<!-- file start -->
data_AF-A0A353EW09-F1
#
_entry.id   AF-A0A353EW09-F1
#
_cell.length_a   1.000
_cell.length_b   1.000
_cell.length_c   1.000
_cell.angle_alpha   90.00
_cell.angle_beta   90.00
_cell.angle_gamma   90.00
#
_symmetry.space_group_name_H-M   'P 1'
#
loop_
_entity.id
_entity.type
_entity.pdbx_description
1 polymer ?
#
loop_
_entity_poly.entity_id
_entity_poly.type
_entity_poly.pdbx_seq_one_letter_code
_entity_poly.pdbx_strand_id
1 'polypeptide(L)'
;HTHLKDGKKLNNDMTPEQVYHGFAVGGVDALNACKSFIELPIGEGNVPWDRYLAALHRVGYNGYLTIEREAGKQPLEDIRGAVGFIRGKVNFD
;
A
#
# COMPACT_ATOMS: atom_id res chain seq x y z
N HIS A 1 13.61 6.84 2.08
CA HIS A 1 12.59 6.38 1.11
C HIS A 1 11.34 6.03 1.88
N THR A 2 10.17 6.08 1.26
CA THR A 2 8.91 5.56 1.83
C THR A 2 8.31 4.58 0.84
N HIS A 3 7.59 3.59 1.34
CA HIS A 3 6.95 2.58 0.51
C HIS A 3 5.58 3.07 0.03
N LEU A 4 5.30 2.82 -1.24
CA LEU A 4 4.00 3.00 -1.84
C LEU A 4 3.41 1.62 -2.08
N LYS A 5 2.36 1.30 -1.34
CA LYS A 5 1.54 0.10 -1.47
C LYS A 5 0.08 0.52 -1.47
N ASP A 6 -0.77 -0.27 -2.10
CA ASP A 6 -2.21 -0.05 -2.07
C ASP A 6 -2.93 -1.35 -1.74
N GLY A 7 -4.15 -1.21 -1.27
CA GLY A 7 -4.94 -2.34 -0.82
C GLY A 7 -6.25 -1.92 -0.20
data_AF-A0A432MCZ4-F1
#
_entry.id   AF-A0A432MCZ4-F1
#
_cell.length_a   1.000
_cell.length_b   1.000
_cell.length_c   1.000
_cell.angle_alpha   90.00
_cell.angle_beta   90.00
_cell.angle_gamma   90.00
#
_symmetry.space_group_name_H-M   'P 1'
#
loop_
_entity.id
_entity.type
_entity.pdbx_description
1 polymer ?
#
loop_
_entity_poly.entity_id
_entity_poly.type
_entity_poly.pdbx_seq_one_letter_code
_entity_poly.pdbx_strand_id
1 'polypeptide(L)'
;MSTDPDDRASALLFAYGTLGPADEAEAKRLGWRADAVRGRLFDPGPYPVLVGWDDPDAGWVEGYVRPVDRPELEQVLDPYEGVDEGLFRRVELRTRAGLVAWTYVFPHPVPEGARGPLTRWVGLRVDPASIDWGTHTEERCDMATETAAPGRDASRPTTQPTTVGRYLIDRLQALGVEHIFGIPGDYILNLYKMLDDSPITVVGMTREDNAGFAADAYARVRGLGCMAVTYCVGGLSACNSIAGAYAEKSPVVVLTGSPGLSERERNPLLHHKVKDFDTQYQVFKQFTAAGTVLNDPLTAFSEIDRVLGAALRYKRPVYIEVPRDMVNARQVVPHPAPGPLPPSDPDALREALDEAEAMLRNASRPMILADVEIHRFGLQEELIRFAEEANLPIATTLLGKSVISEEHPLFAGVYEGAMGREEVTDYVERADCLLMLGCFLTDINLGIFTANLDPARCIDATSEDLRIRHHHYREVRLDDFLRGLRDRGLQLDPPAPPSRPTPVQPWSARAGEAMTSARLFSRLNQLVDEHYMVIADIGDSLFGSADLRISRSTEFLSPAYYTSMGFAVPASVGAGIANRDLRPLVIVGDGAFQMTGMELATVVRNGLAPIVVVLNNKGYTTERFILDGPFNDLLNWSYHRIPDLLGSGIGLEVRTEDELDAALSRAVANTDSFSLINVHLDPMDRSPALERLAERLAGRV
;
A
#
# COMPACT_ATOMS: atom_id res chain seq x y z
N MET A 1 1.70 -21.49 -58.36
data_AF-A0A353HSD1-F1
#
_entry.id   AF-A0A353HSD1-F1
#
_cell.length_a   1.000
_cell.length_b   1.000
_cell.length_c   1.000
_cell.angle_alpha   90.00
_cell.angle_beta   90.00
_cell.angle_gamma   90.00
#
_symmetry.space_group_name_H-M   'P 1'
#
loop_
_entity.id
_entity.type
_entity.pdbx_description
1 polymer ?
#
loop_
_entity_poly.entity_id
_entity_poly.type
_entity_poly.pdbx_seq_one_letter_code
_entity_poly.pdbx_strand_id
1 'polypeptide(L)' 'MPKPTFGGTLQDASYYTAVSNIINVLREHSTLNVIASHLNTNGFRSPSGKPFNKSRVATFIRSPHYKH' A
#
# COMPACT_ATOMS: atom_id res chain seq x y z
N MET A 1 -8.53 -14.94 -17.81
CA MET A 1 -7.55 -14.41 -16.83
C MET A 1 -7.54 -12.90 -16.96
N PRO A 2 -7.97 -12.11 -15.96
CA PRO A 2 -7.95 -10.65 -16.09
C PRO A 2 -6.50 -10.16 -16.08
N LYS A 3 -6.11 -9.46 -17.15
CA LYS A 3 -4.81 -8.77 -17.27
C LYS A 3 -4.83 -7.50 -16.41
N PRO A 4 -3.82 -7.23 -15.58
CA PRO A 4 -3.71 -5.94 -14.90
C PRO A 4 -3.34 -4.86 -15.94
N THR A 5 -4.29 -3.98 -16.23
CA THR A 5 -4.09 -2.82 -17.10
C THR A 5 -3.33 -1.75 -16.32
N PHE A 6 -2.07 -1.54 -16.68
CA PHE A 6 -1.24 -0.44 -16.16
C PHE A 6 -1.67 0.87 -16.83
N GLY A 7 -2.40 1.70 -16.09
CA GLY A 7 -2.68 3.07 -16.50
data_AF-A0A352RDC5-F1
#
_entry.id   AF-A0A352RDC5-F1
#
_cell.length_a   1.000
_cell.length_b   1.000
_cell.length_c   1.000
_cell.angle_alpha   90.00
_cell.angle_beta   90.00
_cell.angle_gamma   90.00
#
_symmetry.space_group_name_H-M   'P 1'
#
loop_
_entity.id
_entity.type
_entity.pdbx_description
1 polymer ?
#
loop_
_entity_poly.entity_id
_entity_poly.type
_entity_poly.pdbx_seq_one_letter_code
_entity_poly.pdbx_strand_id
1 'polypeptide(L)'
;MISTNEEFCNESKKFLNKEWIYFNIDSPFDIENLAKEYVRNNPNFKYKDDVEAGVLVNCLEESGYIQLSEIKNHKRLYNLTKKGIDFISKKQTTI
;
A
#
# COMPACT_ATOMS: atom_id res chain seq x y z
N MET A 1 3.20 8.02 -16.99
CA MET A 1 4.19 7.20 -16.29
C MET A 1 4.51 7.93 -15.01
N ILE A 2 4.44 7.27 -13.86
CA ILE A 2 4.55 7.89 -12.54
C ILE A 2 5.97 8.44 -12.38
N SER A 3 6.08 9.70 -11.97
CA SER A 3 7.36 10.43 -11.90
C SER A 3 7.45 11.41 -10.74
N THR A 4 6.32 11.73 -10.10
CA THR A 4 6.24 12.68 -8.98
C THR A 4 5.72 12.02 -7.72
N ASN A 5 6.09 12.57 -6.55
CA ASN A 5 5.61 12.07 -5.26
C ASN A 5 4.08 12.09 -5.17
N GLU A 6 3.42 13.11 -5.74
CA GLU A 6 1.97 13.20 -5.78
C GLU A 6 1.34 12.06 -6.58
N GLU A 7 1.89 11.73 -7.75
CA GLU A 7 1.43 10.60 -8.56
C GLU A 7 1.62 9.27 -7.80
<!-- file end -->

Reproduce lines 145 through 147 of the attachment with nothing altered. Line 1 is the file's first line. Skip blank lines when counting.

_entity.type
_entity.pdbx_description
1 polymer ?